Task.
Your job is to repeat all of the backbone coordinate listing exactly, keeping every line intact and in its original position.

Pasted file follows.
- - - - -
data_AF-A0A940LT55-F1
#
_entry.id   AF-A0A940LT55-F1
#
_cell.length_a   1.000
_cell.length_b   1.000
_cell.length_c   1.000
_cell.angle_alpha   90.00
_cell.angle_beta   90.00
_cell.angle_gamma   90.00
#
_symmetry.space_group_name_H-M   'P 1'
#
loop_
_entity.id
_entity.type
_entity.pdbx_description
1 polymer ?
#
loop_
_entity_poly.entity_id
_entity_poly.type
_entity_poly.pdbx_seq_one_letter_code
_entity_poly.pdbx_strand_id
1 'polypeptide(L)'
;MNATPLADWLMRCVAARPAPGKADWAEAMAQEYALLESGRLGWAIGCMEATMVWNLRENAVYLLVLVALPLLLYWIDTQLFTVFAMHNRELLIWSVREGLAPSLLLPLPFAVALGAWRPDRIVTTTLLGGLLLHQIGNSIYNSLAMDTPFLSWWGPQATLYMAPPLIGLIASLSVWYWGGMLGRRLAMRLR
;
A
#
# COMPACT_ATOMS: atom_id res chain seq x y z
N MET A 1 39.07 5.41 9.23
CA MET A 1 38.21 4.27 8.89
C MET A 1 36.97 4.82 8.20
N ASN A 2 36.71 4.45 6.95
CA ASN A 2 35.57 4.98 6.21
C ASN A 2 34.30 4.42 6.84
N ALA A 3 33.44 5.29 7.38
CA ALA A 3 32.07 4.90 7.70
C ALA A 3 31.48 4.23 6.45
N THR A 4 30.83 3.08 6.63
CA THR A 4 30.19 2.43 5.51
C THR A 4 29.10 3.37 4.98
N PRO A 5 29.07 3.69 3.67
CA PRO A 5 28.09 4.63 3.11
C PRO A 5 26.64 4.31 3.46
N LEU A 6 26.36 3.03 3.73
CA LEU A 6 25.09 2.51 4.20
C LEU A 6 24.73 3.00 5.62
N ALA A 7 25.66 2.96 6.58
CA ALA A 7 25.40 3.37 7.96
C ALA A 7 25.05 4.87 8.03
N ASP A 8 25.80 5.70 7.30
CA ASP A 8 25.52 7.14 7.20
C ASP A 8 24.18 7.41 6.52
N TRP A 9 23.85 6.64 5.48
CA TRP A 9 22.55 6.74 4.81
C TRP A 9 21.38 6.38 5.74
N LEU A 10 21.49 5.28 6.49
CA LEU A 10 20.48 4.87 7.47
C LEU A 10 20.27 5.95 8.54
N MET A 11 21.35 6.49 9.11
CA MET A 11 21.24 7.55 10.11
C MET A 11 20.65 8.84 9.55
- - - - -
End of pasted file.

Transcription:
data_AF-A0A940LT55-F1
#
_entry.id   AF-A0A940LT55-F1
#
_cell.length_a   1.000
_cell.length_b   1.000
_cell.length_c   1.000
_cell.angle_alpha   90.00
_cell.angle_beta   90.00
_cell.angle_gamma   90.00
#
_symmetry.space_group_name_H-M   'P 1'
#
loop_
_entity.id
_entity.type
_entity.pdbx_description
1 polymer ?
#
loop_
_entity_poly.entity_id
_entity_poly.type
_entity_poly.pdbx_seq_one_letter_code
_entity_poly.pdbx_strand_id
1 'polypeptide(L)'
;MNATPLADWLMRCVAARPAPGKADWAEAMAQEYALLESGRLGWAIGCMEATMVWNLRENAVYLLVLVALPLLLYWIDTQLFTVFAMHNRELLIWSVREGLAPSLLLPLPFAVALGAWRPDRIVTTTLLGGLLLHQIGNSIYNSLAMDTPFLSWWGPQATLYMAPPLIGLIASLSVWYWGGMLGRRLAMRLR
;
A
#
# COMPACT_ATOMS: atom_id res chain seq x y z
N MET A 1 39.07 5.41 9.23
CA MET A 1 38.21 4.27 8.89
C MET A 1 36.97 4.82 8.20
N ASN A 2 36.71 4.45 6.95
CA ASN A 2 35.57 4.98 6.21
C ASN A 2 34.30 4.42 6.84
N ALA A 3 33.44 5.29 7.38
CA ALA A 3 32.07 4.90 7.70
C ALA A 3 31.48 4.23 6.45
N THR A 4 30.83 3.08 6.63
CA THR A 4 30.19 2.43 5.51
C THR A 4 29.10 3.37 4.98
N PRO A 5 29.07 3.69 3.67
CA PRO A 5 28.09 4.63 3.11
C PRO A 5 26.64 4.31 3.46
N LEU A 6 26.36 3.03 3.73
CA LEU A 6 25.09 2.51 4.20
C LEU A 6 24.73 3.00 5.62
N ALA A 7 25.66 2.96 6.58
CA ALA A 7 25.40 3.37 7.96
C ALA A 7 25.05 4.87 8.03
N ASP A 8 25.80 5.70 7.30
CA ASP A 8 25.52 7.14 7.20
C ASP A 8 24.18 7.41 6.52
N TRP A 9 23.85 6.64 5.48
CA TRP A 9 22.55 6.74 4.81
C TRP A 9 21.38 6.38 5.74
N LEU A 10 21.49 5.28 6.49
CA LEU A 10 20.48 4.87 7.47
C LEU A 10 20.27 5.95 8.54
N MET A 11 21.35 6.49 9.11
CA MET A 11 21.24 7.55 10.11
C MET A 11 20.65 8.84 9.55